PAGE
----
In October 2017, IBM announced a partnership with Stellar. IBM looks to test a so-called stablecoin, or “crypto dollar,” called Stronghold that runs on the Stellar blockchain network. The main aim is to make cross-border blockchain payments feasible and cost-effective. Foreign exchange costs associated with making cross-border blockchain payments may be reduced through the Stellar Lumens stablecoin, according to Jen Wieczner from Fortune. The partnership falls under the Hyperledger Fabric Project. A network of banks will be able to execute transactions using Stellar Lumens’s protocol, and then rely on local market makers to convert Lumens to fiat, according to Colin Adams.
Some of its use cases for the “future of banking” include:
The Stellar Network is entirely decentralized and is not controlled by a central entity. The Stellar Development Foundation is responsible for protocol research & development, and is a non-profit organization running on the initial seed funding and donations from individuals. It is one of the Stellar Development Foundation’s aims to “provide greater access to the world’s unbanked population and promote financial inclusion.” Stellar.org operates as a non-stock nonprofit organization. They also cover operational costs through an initial allocation of 5% genesis lumens. It also accepts tax-deductible donations from the public. It currently has a list of corporate donors that include BlackRock, Google.org and FastForward.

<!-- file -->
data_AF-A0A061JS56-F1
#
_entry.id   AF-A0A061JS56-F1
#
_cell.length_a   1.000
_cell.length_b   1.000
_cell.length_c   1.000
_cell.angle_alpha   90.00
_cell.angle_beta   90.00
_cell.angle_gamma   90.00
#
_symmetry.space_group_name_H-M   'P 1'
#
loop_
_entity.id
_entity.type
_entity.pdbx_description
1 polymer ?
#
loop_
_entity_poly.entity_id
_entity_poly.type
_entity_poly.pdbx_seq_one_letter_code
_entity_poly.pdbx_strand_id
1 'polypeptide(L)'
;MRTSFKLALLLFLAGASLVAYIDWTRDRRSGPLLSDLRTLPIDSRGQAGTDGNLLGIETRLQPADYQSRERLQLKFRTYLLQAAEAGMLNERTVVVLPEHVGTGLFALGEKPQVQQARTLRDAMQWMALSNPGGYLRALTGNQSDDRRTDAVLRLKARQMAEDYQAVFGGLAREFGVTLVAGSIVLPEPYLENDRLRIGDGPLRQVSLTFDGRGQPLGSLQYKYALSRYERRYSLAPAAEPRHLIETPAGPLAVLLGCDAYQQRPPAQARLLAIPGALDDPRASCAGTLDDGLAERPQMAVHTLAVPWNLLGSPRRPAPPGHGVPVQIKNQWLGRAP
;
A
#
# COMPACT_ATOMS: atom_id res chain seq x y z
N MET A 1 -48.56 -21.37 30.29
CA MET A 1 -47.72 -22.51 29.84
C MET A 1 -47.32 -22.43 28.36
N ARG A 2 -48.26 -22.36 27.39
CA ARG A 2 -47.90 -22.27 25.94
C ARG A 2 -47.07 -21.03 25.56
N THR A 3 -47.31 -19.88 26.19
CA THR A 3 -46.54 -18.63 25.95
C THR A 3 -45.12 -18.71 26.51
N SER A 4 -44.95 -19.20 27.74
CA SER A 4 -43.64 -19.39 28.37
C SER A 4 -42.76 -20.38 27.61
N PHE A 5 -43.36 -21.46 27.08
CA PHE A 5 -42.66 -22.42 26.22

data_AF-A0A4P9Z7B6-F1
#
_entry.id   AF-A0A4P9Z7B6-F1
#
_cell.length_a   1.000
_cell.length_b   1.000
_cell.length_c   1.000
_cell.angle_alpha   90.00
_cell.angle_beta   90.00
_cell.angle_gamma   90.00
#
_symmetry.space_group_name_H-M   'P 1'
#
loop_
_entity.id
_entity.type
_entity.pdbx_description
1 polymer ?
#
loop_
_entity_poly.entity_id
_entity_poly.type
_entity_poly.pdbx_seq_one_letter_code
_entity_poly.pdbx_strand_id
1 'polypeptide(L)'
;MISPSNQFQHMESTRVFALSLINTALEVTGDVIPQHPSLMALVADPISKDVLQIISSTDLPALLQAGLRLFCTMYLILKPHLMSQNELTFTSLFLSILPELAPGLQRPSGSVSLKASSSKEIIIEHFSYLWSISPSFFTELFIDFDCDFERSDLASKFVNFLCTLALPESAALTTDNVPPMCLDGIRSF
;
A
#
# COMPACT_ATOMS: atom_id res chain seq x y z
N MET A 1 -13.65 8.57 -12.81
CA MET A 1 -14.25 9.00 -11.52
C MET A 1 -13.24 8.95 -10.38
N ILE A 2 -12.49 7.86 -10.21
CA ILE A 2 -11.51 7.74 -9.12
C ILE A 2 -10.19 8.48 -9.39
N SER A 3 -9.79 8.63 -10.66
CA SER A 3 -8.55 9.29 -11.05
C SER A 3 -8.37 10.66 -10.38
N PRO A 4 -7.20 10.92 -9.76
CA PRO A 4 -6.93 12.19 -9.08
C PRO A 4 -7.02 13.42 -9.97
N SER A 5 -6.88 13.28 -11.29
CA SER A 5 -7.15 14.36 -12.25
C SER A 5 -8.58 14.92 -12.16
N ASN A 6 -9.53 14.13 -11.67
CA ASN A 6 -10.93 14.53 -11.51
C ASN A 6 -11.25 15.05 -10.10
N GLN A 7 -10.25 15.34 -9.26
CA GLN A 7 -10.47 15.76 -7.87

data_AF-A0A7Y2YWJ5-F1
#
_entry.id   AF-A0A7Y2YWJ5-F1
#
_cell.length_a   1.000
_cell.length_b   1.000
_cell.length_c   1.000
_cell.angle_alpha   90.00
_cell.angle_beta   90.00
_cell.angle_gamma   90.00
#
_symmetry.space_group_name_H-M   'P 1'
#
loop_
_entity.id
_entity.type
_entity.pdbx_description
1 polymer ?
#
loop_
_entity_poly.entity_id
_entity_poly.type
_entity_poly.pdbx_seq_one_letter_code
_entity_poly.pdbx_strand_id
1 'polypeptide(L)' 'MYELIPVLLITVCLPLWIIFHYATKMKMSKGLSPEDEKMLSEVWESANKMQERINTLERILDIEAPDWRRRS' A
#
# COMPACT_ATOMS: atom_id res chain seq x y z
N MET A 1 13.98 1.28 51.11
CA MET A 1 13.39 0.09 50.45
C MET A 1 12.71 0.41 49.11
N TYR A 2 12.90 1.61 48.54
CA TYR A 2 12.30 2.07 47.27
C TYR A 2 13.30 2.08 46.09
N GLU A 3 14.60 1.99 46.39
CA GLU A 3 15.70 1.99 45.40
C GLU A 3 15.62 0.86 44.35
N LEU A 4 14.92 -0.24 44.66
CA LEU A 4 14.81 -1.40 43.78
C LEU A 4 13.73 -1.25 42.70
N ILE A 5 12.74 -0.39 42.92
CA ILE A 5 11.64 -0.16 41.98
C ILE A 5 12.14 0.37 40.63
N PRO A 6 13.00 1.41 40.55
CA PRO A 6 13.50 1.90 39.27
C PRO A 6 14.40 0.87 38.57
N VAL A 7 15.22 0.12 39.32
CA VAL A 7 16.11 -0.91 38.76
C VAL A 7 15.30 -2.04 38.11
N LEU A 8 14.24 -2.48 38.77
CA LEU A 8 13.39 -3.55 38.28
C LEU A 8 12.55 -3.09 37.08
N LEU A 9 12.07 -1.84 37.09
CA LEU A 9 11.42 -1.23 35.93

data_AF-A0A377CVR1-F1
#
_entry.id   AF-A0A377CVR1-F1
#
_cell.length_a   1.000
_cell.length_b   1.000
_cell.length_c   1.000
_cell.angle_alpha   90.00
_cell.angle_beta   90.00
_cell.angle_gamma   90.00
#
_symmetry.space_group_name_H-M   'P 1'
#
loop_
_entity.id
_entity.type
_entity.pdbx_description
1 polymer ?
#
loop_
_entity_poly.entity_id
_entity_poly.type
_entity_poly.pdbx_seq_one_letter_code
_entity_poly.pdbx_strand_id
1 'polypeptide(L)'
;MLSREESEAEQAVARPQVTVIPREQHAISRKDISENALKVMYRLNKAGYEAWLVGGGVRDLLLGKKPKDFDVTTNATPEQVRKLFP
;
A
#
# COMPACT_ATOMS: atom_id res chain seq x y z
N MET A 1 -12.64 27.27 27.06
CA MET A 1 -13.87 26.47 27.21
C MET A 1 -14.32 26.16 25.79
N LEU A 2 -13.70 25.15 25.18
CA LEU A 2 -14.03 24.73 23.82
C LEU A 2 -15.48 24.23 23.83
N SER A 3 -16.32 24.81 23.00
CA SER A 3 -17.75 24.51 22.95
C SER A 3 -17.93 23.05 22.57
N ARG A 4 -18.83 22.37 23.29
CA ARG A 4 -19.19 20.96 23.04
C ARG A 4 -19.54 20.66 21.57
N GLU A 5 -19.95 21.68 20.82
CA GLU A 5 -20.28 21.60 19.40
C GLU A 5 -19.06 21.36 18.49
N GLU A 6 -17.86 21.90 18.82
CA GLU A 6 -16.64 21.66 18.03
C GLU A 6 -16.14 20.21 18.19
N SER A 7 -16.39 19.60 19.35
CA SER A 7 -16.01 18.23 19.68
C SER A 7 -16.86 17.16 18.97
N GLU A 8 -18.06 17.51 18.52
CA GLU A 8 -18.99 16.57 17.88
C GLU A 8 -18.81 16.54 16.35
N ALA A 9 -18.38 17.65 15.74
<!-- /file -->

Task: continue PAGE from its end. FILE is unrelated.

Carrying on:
Stellar.org, its official website, is currently promoting its Stellar Partnership Grant Program, which aims to help finance projects and organizations looking to improve the global financial landscape and promote financial inclusion in underserved regions of the world. This is a considerable community engagement effort on their part. Exceptional organizations who develop and operate on top of the Stellar Network may receive up to $2,000,000 USD worth of lumens were grant. More information can be found here.
Jed McCaleb – Co-Founder of Stellar Development Foundation
McCaleb created eDonkey2000, one of the largest file-sharing networks at the time and Mt. Gox, the first bitcoin exchange before it was sold to its current owners. After selling Mt. Gox, he came up with the “ripple protocol,” as a means of streamlining money settlements. This led to the creation of Ripple and Ripple (XRP). After leaving Ripple, he founded the Stellar Development Foundation.